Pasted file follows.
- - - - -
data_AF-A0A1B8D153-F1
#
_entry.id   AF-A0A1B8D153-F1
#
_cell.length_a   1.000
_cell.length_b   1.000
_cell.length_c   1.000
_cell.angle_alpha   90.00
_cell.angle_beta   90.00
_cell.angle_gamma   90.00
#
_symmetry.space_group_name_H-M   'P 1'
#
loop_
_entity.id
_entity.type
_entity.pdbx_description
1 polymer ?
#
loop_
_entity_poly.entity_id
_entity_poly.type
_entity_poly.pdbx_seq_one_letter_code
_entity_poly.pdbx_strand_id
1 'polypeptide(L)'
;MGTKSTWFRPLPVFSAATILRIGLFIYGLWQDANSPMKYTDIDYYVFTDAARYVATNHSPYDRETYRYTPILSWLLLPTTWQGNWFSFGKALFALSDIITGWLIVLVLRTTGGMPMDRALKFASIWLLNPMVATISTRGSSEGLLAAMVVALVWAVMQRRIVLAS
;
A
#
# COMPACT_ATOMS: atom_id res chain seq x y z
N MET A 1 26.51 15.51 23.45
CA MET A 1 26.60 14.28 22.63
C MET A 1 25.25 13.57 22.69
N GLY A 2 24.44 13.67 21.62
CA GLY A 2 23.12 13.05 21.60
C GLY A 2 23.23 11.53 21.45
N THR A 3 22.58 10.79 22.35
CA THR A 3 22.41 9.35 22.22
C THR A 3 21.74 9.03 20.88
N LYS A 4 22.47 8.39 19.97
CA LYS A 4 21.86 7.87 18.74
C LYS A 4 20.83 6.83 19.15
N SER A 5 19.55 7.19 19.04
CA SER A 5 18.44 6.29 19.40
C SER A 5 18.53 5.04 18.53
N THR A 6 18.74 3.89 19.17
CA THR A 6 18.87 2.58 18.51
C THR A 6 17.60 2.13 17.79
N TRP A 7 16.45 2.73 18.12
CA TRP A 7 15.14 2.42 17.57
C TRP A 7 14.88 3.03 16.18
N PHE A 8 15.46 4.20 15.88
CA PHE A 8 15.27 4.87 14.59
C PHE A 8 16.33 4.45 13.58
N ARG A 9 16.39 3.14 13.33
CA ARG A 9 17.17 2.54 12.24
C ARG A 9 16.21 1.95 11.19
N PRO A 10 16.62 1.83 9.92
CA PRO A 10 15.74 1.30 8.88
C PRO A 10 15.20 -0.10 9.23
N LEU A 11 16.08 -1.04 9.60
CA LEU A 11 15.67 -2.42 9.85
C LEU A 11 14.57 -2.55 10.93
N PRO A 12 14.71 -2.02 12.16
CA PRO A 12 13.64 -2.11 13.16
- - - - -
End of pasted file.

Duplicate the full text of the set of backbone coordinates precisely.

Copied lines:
data_AF-A0A1B8D153-F1
#
_entry.id   AF-A0A1B8D153-F1
#
_cell.length_a   1.000
_cell.length_b   1.000
_cell.length_c   1.000
_cell.angle_alpha   90.00
_cell.angle_beta   90.00
_cell.angle_gamma   90.00
#
_symmetry.space_group_name_H-M   'P 1'
#
loop_
_entity.id
_entity.type
_entity.pdbx_description
1 polymer ?
#
loop_
_entity_poly.entity_id
_entity_poly.type
_entity_poly.pdbx_seq_one_letter_code
_entity_poly.pdbx_strand_id
1 'polypeptide(L)'
;MGTKSTWFRPLPVFSAATILRIGLFIYGLWQDANSPMKYTDIDYYVFTDAARYVATNHSPYDRETYRYTPILSWLLLPTTWQGNWFSFGKALFALSDIITGWLIVLVLRTTGGMPMDRALKFASIWLLNPMVATISTRGSSEGLLAAMVVALVWAVMQRRIVLAS
;
A
#
# COMPACT_ATOMS: atom_id res chain seq x y z
N MET A 1 26.51 15.51 23.45
CA MET A 1 26.60 14.28 22.63
C MET A 1 25.25 13.57 22.69
N GLY A 2 24.44 13.67 21.62
CA GLY A 2 23.12 13.05 21.60
C GLY A 2 23.23 11.53 21.45
N THR A 3 22.58 10.79 22.35
CA THR A 3 22.41 9.35 22.22
C THR A 3 21.74 9.03 20.88
N LYS A 4 22.47 8.39 19.97
CA LYS A 4 21.86 7.87 18.74
C LYS A 4 20.83 6.83 19.15
N SER A 5 19.55 7.19 19.04
CA SER A 5 18.44 6.29 19.40
C SER A 5 18.53 5.04 18.53
N THR A 6 18.74 3.89 19.17
CA THR A 6 18.87 2.58 18.51
C THR A 6 17.60 2.13 17.79
N TRP A 7 16.45 2.73 18.12
CA TRP A 7 15.14 2.42 17.57
C TRP A 7 14.88 3.03 16.18
N PHE A 8 15.46 4.20 15.88
CA PHE A 8 15.27 4.87 14.59
C PHE A 8 16.33 4.45 13.58
N ARG A 9 16.39 3.14 13.33
CA ARG A 9 17.17 2.54 12.24
C ARG A 9 16.21 1.95 11.19
N PRO A 10 16.62 1.83 9.92
CA PRO A 10 15.74 1.30 8.88
C PRO A 10 15.20 -0.10 9.23
N LEU A 11 16.08 -1.04 9.60
CA LEU A 11 15.67 -2.42 9.85
C LEU A 11 14.57 -2.55 10.93
N PRO A 12 14.71 -2.02 12.16
CA PRO A 12 13.64 -2.11 13.16